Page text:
By doing this, with some triangulation, I was able to pin down the exact timing of two particular sets of photos: a film -- the Hughes film -- the last frame of which shows the sixth floor window empty and ends 5.7 seconds ahead of the first shot -- the first shot being fired/tied down at frame 189 of the Zapruder film; and two photos taken after the shots were fired by Dillard and, believe it or not, an intelligence man from Navy intelligence named Powell. Powell's and Dillard's photos were taken almost at the same time, 3.5 seconds after the fatal and last shot (Z-313).
So that total time span is less than 17 seconds -- if you add up the 5.7 seconds after the end of the Hughes film, plus the 6-plus seconds while the shots were being fired, plus the 3.5 seconds before Dillard and Powell's photos were taken -- of blank, non-coverage of that window and there's no way Oswald could have gotten into the window, aimed, fired three shots, and gotten out of the window so you that couldn't see him in 17 seconds.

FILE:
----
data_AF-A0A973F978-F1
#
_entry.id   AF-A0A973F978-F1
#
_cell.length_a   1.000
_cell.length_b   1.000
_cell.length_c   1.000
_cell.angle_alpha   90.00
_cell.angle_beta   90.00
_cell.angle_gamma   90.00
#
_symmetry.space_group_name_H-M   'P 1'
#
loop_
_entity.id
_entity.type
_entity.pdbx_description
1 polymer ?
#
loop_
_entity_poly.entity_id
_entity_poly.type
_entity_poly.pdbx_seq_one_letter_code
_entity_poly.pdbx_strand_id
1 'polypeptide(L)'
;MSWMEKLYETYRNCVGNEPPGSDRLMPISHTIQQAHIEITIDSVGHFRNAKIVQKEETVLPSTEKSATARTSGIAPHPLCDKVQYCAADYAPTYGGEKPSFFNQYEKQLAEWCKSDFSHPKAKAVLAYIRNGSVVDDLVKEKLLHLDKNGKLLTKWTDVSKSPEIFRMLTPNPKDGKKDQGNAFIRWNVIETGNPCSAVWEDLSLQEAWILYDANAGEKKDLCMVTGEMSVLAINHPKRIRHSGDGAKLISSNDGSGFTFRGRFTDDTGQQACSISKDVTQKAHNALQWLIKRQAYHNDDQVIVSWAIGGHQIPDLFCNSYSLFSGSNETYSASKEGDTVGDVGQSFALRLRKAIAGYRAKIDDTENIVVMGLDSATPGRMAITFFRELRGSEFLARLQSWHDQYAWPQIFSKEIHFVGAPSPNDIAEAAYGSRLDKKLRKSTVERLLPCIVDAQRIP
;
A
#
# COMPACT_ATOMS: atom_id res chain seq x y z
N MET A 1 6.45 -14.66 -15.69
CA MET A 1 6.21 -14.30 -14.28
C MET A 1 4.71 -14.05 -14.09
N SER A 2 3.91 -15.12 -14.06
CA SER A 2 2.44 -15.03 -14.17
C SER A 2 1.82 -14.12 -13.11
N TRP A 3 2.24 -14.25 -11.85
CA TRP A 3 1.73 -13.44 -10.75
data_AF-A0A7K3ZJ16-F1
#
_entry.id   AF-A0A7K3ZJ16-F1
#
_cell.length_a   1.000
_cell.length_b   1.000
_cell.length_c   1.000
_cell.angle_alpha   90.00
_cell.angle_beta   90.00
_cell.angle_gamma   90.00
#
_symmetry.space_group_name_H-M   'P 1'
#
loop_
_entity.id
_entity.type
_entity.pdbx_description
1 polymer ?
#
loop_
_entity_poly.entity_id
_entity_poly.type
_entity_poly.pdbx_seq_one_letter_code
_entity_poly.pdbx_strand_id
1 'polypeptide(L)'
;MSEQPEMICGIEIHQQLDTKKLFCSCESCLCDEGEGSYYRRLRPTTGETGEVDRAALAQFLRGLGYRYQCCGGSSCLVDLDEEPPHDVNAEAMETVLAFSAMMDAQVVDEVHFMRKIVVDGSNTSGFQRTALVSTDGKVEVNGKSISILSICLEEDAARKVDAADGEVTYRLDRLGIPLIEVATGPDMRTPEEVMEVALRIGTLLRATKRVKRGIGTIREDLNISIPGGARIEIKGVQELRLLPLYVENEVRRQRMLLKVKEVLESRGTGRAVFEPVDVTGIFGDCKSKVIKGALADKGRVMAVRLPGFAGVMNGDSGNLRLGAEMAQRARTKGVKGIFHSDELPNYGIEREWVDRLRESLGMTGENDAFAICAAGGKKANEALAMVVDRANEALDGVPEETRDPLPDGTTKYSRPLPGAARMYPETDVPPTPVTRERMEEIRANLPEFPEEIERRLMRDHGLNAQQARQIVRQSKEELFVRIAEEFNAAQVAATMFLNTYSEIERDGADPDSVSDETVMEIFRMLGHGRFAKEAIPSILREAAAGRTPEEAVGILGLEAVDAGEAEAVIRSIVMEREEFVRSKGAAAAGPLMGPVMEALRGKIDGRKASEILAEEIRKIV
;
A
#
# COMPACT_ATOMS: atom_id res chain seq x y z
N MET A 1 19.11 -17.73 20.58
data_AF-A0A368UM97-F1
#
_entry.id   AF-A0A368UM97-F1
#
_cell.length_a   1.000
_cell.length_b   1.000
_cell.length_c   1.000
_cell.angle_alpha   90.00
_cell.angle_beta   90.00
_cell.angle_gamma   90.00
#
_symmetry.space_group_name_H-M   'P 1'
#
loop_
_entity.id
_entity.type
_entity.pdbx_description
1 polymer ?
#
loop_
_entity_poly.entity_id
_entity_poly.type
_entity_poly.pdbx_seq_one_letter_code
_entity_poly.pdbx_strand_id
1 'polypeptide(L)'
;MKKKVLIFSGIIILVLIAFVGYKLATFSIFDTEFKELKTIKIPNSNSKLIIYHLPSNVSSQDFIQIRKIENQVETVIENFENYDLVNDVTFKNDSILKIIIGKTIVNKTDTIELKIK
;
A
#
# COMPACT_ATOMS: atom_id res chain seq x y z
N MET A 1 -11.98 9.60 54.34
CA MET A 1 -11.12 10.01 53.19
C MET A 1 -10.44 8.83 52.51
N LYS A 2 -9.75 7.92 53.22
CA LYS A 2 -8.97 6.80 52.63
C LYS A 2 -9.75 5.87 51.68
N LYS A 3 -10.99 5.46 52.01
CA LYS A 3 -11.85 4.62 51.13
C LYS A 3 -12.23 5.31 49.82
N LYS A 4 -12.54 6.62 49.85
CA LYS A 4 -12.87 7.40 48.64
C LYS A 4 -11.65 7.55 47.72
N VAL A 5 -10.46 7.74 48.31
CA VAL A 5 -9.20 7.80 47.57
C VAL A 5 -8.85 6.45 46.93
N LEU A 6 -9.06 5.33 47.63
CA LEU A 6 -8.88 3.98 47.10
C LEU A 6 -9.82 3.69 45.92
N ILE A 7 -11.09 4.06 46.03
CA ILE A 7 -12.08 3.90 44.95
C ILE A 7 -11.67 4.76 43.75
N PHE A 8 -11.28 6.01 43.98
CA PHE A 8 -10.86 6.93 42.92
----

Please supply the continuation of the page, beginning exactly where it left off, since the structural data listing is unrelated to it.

But anyway there was another film taken by Beverly Oliver otherwise known as the Babushka lady that was confiscated by News Orleans FBI agent Regis Kennedy, and a still photograph taken by Norman Similas, confiscated by the Royal Canadian Mounted Police from Liberty magazine (which was going to publish the photo), who then turned the photo and its negative over to the FBI. I interviewed Similas and the Liberty magazine editor both of whom told me they had carefully examined the photograph and had seen no one in the photograph appearing in the eastern-most sixth floor window, which I calculated had been taken about half-way into the 17-second interval.